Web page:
Another parent approached me in the playground and said that he ran a garage and that if he wanted to handle a lot of the kind of items the children were using in their play, then he would be expected to provide gloves and steel toecap footwear to his staff. He said his daughter had been hurt in the playground a few weeks before and how come the children could do all of this and still be okay with health and safety? I did my best to explain the reasons that I thought justified it.
Firstly, at his place of work his duty of care to his staff means he is trying to eliminate risk, while we are providing children with materials that present challenge and the opportunity to learn about, identify and manage risk. Then, that I had worked with the school on a clear policy that stated that the school sees value in play which includes risk and challenge and recognises this has to include the possibility for some accidents. I was also able to tell him that due to the concerns of a local authority in the North East about insurance, that the biggest insurers of local authorities and schools in the UK, had just looked at the kind of play and the kind of procedures OPAL is following and has said they were acceptable. I am not sure if I convinced him or not!
The message from the school, however, is overwhelmingly positive. The Head has acknowledged his initial nervousness on starting the programme; that he would be criticised for wasting money and time on play when there are so many pressing issues around standards and testing; that his school would be seen as a tip; that the problems of mud would overwhelm him and accidents would leave him open to criticism and litigation. In fact, he says there are less accidents, his children are happier, have far fewer behaviour problems; his teachers are getting more teaching time each day because there are fewer problems and his children’s skill set around creativity, collaboration, resilience and empathy are dramatically improving. In his words ‘an excellent school should have excellent play.’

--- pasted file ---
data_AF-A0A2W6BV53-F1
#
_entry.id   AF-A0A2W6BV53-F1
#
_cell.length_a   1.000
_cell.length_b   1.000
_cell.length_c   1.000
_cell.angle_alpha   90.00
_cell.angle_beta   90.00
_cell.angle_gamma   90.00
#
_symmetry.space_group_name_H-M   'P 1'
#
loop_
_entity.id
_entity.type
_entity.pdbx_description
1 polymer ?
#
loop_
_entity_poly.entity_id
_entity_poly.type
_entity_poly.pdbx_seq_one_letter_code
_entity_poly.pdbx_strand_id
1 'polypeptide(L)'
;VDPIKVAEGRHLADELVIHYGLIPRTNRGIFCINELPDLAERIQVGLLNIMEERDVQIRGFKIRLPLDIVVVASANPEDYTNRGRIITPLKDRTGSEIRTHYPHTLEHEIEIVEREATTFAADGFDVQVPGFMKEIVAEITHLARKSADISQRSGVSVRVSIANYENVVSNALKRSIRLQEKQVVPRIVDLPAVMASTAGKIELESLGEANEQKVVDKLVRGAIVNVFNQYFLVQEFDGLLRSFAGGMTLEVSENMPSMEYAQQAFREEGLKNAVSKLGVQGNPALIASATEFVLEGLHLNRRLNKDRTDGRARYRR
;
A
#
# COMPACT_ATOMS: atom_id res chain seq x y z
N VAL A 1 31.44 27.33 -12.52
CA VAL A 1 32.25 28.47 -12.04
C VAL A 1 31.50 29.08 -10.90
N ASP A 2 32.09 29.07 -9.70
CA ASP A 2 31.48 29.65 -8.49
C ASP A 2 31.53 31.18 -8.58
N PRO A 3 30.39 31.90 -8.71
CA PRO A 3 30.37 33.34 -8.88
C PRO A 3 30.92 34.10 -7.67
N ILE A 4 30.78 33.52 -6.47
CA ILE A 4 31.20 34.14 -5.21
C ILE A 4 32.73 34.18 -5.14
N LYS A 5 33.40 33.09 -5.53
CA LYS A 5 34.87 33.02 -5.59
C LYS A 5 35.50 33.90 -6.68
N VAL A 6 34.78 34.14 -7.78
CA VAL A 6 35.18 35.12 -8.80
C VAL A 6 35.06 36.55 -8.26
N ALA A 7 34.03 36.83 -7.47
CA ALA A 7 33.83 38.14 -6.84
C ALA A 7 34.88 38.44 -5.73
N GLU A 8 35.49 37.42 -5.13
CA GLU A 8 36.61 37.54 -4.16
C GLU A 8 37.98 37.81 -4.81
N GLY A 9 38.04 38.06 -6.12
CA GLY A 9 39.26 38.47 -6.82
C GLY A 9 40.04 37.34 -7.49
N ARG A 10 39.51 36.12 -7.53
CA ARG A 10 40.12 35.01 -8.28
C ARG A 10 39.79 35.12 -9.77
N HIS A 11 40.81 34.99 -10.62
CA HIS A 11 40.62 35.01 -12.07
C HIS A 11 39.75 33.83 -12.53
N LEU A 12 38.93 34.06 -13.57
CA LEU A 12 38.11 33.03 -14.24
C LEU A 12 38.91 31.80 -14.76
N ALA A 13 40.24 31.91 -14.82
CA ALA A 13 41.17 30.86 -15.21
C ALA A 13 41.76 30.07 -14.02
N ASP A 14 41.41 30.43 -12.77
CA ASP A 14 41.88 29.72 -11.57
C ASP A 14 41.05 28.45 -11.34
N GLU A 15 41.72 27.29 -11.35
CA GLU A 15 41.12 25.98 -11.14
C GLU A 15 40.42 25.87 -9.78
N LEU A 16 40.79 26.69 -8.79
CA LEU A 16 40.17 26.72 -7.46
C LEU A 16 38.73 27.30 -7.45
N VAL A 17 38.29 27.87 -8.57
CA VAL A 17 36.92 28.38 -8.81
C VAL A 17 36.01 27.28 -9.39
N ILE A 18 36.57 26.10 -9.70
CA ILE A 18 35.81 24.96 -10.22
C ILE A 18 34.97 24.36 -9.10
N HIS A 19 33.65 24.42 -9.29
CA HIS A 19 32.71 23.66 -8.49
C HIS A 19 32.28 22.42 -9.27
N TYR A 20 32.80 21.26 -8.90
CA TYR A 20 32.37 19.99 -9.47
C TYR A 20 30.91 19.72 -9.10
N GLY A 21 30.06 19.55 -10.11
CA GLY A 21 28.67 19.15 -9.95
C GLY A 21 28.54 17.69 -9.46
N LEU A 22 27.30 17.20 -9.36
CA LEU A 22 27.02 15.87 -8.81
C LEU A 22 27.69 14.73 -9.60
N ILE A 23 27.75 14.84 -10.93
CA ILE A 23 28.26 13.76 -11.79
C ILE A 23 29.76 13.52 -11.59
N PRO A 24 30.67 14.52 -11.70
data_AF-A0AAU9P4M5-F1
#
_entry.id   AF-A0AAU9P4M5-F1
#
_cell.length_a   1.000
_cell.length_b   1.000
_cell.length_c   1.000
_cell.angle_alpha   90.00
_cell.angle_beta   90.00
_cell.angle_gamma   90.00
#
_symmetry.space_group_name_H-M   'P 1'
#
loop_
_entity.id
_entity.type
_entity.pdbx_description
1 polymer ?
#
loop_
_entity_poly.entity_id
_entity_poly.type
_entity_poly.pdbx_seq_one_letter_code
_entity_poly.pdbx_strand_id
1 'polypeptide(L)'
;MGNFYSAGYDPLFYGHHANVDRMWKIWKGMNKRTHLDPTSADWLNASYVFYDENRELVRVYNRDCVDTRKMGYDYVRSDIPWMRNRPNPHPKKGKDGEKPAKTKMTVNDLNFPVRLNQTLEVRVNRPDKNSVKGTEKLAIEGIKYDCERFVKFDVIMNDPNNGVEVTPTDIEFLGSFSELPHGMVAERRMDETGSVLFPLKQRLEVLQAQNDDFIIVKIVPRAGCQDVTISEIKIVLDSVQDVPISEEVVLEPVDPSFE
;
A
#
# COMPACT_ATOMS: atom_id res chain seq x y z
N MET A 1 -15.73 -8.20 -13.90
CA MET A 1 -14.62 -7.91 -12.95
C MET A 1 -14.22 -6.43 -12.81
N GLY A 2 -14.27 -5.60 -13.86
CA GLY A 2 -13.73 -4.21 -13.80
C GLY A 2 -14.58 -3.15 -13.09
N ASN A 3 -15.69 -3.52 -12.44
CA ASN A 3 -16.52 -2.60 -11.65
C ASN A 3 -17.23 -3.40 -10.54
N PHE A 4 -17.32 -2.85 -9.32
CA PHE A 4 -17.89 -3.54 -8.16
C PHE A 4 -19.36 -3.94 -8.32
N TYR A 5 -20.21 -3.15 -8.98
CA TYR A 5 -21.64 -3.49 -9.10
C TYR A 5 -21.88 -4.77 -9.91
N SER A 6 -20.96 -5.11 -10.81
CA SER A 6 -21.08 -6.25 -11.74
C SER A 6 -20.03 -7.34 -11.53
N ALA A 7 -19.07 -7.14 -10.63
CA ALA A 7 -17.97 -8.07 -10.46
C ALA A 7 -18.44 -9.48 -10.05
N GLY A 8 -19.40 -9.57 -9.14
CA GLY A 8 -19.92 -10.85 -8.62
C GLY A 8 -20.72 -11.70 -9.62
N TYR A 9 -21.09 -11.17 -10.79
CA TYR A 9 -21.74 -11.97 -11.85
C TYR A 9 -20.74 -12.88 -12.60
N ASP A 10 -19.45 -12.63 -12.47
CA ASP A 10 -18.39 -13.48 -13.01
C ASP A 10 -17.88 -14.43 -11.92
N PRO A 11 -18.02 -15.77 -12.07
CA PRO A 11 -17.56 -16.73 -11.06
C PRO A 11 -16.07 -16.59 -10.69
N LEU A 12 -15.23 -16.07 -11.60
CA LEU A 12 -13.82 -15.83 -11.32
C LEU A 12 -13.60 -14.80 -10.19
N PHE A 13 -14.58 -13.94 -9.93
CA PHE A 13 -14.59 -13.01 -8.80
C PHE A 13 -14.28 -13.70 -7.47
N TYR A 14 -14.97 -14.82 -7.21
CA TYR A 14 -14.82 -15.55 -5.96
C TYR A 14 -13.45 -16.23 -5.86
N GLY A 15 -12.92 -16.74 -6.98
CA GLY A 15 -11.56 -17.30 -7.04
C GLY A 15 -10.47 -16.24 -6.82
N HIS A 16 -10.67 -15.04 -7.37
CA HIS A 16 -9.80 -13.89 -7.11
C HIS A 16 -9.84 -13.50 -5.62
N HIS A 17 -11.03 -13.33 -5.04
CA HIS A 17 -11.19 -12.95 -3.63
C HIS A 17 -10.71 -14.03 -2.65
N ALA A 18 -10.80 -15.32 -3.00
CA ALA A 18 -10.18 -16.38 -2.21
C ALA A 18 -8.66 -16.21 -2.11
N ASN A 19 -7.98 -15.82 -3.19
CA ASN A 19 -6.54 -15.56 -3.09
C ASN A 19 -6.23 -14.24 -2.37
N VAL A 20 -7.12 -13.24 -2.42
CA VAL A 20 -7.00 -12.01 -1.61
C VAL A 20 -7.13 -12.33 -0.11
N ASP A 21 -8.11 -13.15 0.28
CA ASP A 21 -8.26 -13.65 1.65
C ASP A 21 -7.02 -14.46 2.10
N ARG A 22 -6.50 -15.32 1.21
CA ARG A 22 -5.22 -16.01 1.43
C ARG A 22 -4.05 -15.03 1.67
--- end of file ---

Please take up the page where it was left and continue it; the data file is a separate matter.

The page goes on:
The only hold up in OPAL’s approach being adopted nationally is the demand for evidence. Sizeable funds of £200,000 or more are needed for a scientifically valid research project. But where is the evidence for current practice? Where are the quantitative reports that demonstrate the benefits to children of shortening playtimes, of sitting indoors for longer and longer periods, of barren, dull, unchallenging playgrounds, of eliminating play from childhood and denying children from the space, materials and permissions they require for play?
I have been developing this approach for the best part of 20 years now and can show that every kind of school can provide excellent play whatever their grounds, size, location or budget. I can introduce you to over 200,000 children who have benefitted from amazing play in schools. I can give you the details of 200 head teachers who will vouch that excellent play in their schools has improved behaviour, teaching time, happiness, mental well-being, inclusion, activity, core strength, coordination, resilience, tolerance, empathy, and a host of other qualities and skills.
The issue of school budgets has been making the national headlines recently, but there is money available for play development. The government has doubled the PE or physical activity funding this year, and there is sufficient evidence from the British Medical Association and other sources that free outdoor play is by far the most effective way for children to be active, so play development is a perfectly legitimate way to spent the money. A strategic approach to play development in schools provides a sustainable, affordable and achievable way to improve activity for all the hard-to-reach children. OPAL’s evidence shows that those who do not benefit from the PE and sports approach almost universally respond to environments with a broad and rich play offer and improve in levels of activity, engagement and inclusion.
So, to all those head teachers out there: take the challenge and invest in play development!
Michael Follett is the author of ‘Creating Excellence in Primary School Playtimes’and Director of OPAL, Outdoor Play and Learning Community Interest Company